# How do I create pasting diagrams in TikZ?

I've been toying with the idea of switching over from Xy-pic to TikZ for all of my diagramming needs, but one feature that's very important to me is the ability to create 2-categorical pasting diagrams (like the ones in Wikipedia's entry on 2-categories), as I can with Xy-pic's "twocell" commands (which, incidentally, I find to be a huge pain to deal with). How do I do these in TikZ? I'd be happy with just a reference to the relevant commands or an arXiv paper with good examples.

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It's worth pointing out that the linked page "pasting diagrams" doesn't render as intended without MathML support, so it's hard for people to see exactly what you're after here. – Scott Morrison Jul 26 '10 at 20:28
Thanks Scott, I hadn't thought of that. I'll change the reference. – Evan Jenkins Jul 26 '10 at 21:25

Making pasting diagrams in TikZ is pretty easy, as has been said; I think easier than in xypic for complicated ones, since it's easy to place the 2-cell arrows exactly where you want them and in exactly the right orientation. One useful trick for placing them is barycentric coordinates; then once you've got a node/coordinate at the center of the 2-cell arrow, you can use adjustments like +(0,0.2) to get to the starting and ending points.

A significant problem, however, is that as far as I know, in versions of TikZ prior to the current CVS version, there is no good way to draw a double-shafted arrow, as is used for 2-cells in pasting diagrams. In the CVS version of TikZ, you can say \draw[double,-implies], but this won't compile for anyone (such as arXiv or a journal editor) who has an older, "released" version of TikZ. For that reason, I'm personally holding off on switching from xypic to TikZ for pasting diagrams until the next version of TikZ is released and becomes at least somewhat more widely available.

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What's the problem with the double-shafted arrows in older TikZ? Certainly, the "double" option is there. – Loop Space Aug 13 '10 at 7:19
The "double" option is there but with arrow tips it looks very ugly (IMHO). It works by drawing one very thick black line and then one thinner white line inside it, which produces the appearance of a double-shafted arrow. But when "->" is also given, the very thick line comes with a very thick arrow head, and nothing is done to change that, so it looks mismatched. – Mike Shulman Sep 18 '10 at 7:13

For such a pasting diagram as on 2-categories, you could use bent arrows and midway coordinates for positioning. I recommend

• Define styles for as many elements as possibly, so easy to use
• Define macros for repeatedly used actions

Here's an example where I do that. Here, it's finally as easy as \connect{node1}{node2}:

\documentclass{article}
\usepackage{tikz}
\usetikzlibrary{arrows}

\newcommand{\connect}[2]{%
\draw[-angle 60] (#1) to [above] coordinate[midway] (#1#2+) (#2) ;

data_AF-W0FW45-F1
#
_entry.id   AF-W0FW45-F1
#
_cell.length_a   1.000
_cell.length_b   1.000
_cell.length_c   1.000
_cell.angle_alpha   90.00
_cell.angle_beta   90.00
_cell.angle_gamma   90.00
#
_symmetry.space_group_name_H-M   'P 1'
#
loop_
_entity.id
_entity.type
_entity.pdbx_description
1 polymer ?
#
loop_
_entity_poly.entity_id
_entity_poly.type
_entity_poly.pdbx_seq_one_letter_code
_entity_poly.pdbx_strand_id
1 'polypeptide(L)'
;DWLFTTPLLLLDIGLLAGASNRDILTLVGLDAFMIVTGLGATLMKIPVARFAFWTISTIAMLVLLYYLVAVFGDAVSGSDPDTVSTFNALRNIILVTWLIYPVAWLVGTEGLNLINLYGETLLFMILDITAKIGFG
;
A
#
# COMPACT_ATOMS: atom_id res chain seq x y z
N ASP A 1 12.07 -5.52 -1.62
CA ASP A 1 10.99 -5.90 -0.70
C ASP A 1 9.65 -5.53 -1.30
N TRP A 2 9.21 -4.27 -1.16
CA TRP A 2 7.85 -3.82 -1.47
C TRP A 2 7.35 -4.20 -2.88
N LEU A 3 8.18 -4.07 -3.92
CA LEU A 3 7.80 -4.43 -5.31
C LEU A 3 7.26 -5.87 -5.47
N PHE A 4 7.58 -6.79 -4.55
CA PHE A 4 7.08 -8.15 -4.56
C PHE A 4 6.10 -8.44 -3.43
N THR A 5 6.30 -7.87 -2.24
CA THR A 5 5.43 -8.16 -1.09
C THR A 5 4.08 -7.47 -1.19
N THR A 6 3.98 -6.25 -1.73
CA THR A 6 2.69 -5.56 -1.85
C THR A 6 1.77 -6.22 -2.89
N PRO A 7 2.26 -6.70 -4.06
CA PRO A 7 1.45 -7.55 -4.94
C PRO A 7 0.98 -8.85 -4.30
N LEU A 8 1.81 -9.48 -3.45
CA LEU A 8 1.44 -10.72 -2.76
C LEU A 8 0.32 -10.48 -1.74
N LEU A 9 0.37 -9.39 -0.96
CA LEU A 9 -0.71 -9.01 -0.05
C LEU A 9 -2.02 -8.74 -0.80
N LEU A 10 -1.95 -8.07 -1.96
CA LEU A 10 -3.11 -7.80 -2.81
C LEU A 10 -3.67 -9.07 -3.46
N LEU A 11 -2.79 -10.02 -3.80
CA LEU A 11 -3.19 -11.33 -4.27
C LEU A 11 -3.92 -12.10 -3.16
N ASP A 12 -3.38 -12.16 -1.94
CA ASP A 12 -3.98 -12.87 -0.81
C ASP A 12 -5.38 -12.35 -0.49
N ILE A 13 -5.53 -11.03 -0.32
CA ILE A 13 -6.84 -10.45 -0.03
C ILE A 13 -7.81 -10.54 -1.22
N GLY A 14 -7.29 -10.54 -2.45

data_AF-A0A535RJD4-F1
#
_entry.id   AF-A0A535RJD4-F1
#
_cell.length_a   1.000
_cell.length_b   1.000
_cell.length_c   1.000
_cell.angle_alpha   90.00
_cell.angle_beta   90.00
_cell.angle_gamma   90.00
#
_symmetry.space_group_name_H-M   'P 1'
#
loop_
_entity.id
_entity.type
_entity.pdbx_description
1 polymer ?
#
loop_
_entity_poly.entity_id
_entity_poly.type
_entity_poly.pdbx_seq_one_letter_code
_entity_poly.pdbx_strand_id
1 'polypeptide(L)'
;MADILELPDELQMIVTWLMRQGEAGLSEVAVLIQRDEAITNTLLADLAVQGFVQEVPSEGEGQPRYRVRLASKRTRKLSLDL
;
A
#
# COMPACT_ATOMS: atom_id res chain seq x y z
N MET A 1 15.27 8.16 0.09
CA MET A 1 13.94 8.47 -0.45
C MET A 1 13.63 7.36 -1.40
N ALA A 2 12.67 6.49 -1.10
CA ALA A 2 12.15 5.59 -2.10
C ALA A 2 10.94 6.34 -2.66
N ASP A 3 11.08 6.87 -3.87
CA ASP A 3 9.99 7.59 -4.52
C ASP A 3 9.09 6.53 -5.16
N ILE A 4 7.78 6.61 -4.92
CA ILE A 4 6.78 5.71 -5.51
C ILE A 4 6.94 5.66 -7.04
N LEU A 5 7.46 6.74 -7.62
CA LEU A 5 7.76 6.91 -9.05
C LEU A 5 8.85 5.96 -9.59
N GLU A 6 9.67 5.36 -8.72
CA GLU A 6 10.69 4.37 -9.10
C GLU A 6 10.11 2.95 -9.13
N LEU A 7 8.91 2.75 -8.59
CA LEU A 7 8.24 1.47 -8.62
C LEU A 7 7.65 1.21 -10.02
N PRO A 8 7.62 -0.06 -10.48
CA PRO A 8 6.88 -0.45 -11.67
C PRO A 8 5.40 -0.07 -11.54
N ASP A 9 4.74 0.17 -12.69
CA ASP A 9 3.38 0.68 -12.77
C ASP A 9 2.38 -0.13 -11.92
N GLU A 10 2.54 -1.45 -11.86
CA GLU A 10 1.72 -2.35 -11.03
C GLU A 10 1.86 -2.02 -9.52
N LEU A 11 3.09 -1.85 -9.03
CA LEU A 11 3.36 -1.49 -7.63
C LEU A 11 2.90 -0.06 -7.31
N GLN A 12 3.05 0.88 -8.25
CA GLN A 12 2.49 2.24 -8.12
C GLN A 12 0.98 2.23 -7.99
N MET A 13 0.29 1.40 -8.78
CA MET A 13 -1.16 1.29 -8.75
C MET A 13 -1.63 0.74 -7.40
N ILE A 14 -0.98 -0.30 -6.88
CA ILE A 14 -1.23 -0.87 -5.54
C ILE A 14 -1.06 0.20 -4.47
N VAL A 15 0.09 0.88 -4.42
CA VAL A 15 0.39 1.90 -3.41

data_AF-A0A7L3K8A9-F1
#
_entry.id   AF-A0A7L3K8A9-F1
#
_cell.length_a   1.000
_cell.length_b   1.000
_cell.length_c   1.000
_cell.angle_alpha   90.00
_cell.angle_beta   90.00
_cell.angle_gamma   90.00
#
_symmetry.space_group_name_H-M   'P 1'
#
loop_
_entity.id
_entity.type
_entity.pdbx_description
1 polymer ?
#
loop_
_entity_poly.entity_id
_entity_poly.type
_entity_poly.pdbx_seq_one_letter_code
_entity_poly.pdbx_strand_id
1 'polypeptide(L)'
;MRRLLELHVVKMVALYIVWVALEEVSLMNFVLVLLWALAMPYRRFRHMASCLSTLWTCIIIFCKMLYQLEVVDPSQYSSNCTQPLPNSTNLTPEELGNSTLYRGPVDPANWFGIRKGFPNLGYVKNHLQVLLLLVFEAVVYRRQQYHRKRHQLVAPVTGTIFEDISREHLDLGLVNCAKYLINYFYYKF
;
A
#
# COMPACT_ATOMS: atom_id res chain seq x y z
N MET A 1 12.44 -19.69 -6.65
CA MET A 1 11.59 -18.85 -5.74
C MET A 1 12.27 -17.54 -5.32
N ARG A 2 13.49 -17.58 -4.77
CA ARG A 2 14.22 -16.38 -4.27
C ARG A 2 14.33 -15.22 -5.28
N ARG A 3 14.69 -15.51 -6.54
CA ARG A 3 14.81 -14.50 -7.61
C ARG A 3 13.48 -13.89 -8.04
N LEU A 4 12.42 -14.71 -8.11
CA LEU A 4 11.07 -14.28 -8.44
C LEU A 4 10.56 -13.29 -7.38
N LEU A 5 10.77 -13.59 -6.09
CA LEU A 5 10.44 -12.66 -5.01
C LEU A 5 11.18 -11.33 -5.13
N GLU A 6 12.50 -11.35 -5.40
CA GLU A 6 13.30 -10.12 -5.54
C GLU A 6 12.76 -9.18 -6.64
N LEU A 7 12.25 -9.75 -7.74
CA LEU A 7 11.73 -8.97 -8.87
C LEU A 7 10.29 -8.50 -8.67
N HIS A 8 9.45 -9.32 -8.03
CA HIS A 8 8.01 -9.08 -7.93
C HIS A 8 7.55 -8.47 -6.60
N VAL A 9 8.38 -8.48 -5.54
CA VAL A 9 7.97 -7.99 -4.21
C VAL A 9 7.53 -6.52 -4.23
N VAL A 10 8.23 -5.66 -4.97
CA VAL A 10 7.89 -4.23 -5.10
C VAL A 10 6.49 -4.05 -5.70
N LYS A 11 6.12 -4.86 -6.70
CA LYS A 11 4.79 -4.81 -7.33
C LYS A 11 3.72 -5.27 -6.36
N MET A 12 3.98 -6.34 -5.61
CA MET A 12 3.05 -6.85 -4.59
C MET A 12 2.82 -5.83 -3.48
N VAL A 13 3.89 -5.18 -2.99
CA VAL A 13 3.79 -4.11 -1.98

\draw[-angle 60] (#1) to [below] coordinate[midway] (#1#2-) (#2);
\draw (#1) to coordinate[midway] (#1#2=) (#2);
\draw[double shafted] (#1#2+) -- (#1#2=);
\draw[double shafted] (#1#2-) -- (#1#2=);
}

\begin{document}
\begin{tikzpicture}[%
every node/.style={circle,inner sep=2pt,fill},
node distance=5em,
above/.style={bend left=70,looseness=2},
below/.style={bend right=70,looseness=2},
double shafted/.style={-implies,double,double equal sign distance,
shorten >=2pt, shorten <=3pt}]
\node (a) {};
\node[right of =  a] (b) {};
\node[right of =  b] (c) {};
\connect{a}{b}
\connect{b}{c}
\end{tikzpicture}
\end{document}


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Would commutative diagrams work equivalently well? If so, see this and this. The TikZ matrix "environment" is a good place to look also.

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Pasting diagrams are commutative diagrams that also have "arrows between arrows." The examples in the link I gave are probably not great ones, since these can be simulated using ordinary commutative-diagram-drawing tools. In general, I'd like to be able to put a "2-arrow" (pointing in an appropriate direction) in any open "cell" of a commutative diagram. – Evan Jenkins Jul 26 '10 at 20:31
It should be relatively easy to do this with the above tools. In TikZ, you work principally with "nodes", and you can have nodes mid-arrow. So you could make arrows to arrows and stuff easily. I recommend looking at the PGF/TikZ manual for lots of good examples. – Quadrescence Jul 26 '10 at 20:34
I guess what I was looking for was something that specifically covers pasting diagrams, as there is in the Xy-pic reference manual. It's not that I'm not willing to do the legwork myself; indeed, if no good reference exists, I'm of a mind to work things out and write one; rather, I'd like to know if there's already an accepted way of doing these things so I don't waste time trying to cobble together a less-than-optimal solution. That said, I'll certainly read through the sections of the manual on node placement as you suggest. – Evan Jenkins Jul 26 '10 at 21:41
Please see TikZ manual especially the Pteri diagramm example. Based on the wikipedia link, you will be able to painlessly define a couple of style and just connect the nodes you want. It takes about an hour to get the hang of nodes & connections. Once you do, it's awesome =) – Dima Jul 26 '10 at 23:05